In principle, RPA is an overlay process that integrates existing systems and processes. It does not replace the human component but does reduce the need for human intervention. As a result, it delivers benefits such as reducing the need for manual tasks, cost cutting, and efficiency improvements. The use of an RPA solution is an excellent first step to the adoption of AI. This is because RPA enables and boosts the cultural shift of an enterprise towards automation and data-driven services.

Nevertheless, there are challenges to overcome when implementing RPA within the enterprise. The main challenge is cost — not just the up-front cost of buying software and hardware but also ongoing costs such as maintenance and management. And then there’s the question of how to integrate RPA into existing systems so that it doesn’t become a costly, complex solution that fails to deliver on its promise of automation. While reducing operational costs is a prime motivator for adopting RPA, companies must ensure that cost efficiency is evaluated against other crucial considerations, such as security and compliance with regulations. The challenge for CIOs is to find an optimal balance between these conflicting priorities so that they can begin automating processes without compromising their businesses’ ability to compete effectively in their chosen markets.


RPA as a Service (RPAaaS)

The adoption of RPA has been slow in the last few years because there are still many questions about how it will fit into an enterprise’s business processes and IT environment. To address these concerns, many companies have devised ways to make RPA more commercially viable by providing it as a service. RPAaaS is a new cloud-based model that offers automation as a service (AaaS) through an on-demand approach. With RPAaaS, enterprises can access enterprise automation tools without capital investment and operational expenses. Like other service-oriented approaches, RPAaaS is about delivering RPA through a cloud infrastructure, which provides more flexibility to enterprises and enables them to benefit from a ‘pay as you go’ approach.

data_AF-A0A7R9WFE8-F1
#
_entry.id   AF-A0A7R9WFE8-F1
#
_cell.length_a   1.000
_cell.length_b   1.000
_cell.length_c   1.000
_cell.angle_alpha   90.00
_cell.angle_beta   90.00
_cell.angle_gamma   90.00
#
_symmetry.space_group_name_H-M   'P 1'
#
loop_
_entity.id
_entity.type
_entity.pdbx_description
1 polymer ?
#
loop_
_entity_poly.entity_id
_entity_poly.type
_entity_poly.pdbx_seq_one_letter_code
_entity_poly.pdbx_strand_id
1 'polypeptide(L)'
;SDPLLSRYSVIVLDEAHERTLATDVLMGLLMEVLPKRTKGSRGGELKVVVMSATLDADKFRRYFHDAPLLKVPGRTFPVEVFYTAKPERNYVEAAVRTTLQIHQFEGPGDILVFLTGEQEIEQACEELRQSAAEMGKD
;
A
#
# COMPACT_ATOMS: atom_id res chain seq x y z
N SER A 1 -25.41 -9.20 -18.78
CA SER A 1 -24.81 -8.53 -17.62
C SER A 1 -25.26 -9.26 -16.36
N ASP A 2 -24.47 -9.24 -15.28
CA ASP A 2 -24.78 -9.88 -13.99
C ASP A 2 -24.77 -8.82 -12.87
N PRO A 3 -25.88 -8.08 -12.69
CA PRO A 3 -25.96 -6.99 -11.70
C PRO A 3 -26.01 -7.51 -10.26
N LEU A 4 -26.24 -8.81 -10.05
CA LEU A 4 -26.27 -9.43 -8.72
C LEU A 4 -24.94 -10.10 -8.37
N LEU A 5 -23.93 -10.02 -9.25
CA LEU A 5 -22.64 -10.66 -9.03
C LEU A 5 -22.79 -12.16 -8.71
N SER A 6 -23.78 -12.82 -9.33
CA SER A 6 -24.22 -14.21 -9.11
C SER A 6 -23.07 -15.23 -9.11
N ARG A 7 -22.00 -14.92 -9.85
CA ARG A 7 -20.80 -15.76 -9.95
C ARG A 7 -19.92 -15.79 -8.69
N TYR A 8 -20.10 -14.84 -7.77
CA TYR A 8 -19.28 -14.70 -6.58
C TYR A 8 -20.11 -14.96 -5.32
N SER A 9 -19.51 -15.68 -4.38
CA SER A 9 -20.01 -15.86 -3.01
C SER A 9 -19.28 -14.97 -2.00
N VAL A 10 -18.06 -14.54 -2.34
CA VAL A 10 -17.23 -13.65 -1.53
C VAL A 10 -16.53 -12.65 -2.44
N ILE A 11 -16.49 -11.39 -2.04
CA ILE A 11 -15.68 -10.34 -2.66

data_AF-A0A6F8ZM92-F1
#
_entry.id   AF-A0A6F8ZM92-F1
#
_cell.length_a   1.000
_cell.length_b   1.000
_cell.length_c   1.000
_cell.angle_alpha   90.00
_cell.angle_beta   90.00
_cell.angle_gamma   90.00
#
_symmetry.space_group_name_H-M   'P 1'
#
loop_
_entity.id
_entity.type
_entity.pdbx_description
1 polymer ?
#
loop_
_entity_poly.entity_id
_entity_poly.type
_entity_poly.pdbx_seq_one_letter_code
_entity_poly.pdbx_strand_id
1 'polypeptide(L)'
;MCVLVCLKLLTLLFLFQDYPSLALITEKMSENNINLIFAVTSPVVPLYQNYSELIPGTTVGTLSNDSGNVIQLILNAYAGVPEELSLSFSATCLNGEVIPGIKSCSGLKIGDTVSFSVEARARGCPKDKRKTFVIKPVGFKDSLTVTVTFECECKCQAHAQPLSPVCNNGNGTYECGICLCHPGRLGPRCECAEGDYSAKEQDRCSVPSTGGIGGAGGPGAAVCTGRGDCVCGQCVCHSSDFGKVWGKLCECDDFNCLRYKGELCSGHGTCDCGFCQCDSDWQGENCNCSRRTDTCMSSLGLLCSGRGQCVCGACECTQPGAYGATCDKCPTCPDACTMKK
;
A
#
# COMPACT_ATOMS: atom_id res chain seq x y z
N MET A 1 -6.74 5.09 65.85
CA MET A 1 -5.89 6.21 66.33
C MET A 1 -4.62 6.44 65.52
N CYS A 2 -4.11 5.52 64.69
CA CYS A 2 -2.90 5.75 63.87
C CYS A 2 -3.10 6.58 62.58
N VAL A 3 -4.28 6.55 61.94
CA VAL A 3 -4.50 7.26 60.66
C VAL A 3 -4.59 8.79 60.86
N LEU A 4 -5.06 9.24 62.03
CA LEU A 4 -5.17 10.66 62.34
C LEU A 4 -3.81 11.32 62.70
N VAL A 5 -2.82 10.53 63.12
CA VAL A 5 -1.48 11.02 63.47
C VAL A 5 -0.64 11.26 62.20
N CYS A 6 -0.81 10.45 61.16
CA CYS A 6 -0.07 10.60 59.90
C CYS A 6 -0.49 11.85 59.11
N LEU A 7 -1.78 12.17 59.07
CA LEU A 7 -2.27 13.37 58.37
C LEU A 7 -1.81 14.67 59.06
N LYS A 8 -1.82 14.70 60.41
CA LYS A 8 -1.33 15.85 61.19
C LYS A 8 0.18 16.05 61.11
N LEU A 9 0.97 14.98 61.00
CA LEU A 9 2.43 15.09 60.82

RPAaaS allows companies to shift from having their own data centers to using the cloud for their automation needs. One of the main advantages of RPAaaS is that there are no upfront costs or maintenance fees for software licenses or hardware maintenance costs. That makes it easier for small and midsize businesses with limited budgets to start automating their processes without worrying about whether they will be able to afford it later when they need more features or enhancements. RPAaaS is also beneficial for larger enterprises that have a limited budget and want to test the waters before committing to full-scale deployment. It also allows them to take advantage of the benefits of automation without having to think about infrastructure, scalability, integration, or training.


Overall, automation is necessary for the enterprise, but only if it’s affordable, scalable, and reliable. However, that leaves IT departments with another concern: how do we build a process that uses emerging technology to meet business objectives? This is where RPAaaS fills the gap: the cloud provides scale and reliability, while RPAaaS software ensures commercial viability. Modern enterprises must therefore consider RPAaaS as part of their digital transformation strategy. It is an exciting time to be involved in automation as RPAaaS solutions will soon become more sophisticated as their underlying technologies mature.